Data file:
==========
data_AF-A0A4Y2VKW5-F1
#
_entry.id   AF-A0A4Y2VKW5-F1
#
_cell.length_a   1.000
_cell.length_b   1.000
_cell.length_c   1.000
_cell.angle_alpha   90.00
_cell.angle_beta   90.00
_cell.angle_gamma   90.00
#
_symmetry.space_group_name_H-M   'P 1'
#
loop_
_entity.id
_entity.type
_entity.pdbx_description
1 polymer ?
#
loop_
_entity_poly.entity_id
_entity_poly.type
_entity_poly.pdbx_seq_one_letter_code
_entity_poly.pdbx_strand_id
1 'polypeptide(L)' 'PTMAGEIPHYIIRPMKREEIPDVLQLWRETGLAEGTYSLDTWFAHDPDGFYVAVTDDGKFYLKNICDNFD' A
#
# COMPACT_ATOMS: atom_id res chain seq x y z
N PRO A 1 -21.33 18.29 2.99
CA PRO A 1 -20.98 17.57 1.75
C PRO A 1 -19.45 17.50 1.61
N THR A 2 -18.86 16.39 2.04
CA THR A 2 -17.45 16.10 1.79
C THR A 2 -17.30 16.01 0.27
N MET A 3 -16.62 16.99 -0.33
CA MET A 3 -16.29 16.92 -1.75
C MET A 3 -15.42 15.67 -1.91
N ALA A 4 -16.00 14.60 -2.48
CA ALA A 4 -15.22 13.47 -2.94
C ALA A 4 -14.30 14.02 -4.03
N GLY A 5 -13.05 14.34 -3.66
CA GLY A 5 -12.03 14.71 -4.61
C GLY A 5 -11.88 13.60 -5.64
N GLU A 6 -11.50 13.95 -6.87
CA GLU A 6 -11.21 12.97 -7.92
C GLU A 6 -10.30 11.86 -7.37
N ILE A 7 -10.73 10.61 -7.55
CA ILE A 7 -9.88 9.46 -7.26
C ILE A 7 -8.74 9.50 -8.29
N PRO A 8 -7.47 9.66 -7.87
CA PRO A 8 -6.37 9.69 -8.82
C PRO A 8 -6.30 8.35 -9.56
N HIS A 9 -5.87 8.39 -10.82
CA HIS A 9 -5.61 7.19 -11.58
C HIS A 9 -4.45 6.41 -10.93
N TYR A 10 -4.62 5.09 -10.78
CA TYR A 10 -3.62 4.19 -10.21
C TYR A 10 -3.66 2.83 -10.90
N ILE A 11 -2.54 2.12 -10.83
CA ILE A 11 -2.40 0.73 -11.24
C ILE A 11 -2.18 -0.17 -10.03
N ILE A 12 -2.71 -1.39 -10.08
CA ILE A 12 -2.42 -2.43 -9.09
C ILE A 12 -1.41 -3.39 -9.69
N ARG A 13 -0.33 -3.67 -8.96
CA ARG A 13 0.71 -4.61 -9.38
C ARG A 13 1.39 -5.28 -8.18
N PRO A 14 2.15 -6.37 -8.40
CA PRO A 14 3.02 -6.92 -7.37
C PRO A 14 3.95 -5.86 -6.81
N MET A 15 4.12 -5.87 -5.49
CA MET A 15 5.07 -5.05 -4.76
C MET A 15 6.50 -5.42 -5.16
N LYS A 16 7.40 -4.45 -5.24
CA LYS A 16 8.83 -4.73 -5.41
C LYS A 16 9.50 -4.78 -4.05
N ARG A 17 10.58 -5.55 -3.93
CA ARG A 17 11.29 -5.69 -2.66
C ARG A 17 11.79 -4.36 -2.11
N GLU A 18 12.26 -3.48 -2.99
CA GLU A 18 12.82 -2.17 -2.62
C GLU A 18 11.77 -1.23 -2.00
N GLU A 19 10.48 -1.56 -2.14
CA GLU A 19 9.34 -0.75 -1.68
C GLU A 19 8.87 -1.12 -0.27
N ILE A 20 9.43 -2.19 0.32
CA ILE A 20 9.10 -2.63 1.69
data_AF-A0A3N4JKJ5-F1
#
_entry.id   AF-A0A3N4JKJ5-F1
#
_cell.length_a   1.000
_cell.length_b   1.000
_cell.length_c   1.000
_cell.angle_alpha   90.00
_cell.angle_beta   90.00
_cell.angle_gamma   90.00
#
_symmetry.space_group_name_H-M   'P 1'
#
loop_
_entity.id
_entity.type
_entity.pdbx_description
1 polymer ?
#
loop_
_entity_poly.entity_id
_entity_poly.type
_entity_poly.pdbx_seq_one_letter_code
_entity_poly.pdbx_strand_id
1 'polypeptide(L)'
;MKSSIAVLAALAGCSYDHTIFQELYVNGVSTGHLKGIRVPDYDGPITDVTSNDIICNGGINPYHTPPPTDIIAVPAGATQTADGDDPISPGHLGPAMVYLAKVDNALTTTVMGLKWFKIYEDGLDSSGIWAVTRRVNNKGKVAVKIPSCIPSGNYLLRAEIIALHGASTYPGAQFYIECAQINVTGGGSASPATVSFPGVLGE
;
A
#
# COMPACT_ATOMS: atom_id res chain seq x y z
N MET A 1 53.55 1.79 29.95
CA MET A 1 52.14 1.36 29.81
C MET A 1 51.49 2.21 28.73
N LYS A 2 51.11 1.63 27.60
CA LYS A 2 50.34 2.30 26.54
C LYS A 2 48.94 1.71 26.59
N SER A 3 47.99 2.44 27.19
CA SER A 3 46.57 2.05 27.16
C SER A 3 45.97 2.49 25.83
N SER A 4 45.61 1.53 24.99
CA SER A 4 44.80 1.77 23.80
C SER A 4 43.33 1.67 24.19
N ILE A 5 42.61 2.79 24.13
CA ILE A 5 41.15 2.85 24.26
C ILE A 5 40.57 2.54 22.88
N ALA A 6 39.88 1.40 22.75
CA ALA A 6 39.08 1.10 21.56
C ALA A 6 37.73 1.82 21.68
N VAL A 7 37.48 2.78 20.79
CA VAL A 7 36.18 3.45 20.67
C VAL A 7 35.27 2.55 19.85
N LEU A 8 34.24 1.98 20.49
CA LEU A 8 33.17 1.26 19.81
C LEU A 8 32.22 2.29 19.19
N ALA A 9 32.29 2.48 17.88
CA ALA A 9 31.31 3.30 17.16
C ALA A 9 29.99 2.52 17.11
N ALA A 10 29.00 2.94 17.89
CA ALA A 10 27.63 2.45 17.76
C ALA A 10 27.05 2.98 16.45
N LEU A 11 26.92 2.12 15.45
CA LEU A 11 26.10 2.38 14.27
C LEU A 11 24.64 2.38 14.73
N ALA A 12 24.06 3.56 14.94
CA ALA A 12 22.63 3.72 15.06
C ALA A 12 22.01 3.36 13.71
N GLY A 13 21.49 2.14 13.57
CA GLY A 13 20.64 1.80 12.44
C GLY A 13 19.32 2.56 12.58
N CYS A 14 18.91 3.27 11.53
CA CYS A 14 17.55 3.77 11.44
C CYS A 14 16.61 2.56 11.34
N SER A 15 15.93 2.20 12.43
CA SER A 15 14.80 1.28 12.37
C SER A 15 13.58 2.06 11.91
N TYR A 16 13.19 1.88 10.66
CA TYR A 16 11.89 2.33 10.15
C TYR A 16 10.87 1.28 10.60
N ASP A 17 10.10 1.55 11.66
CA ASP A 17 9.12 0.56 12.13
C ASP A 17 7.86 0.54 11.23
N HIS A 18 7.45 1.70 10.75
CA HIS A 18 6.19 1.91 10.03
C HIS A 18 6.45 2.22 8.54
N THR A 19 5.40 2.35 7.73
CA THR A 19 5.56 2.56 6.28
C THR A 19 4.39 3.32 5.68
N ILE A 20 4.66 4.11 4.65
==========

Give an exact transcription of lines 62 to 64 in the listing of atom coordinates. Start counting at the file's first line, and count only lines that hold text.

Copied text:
CA ILE A 12 -2.42 -2.43 -9.09
C ILE A 12 -1.41 -3.39 -9.69
N ARG A 13 -0.33 -3.67 -8.96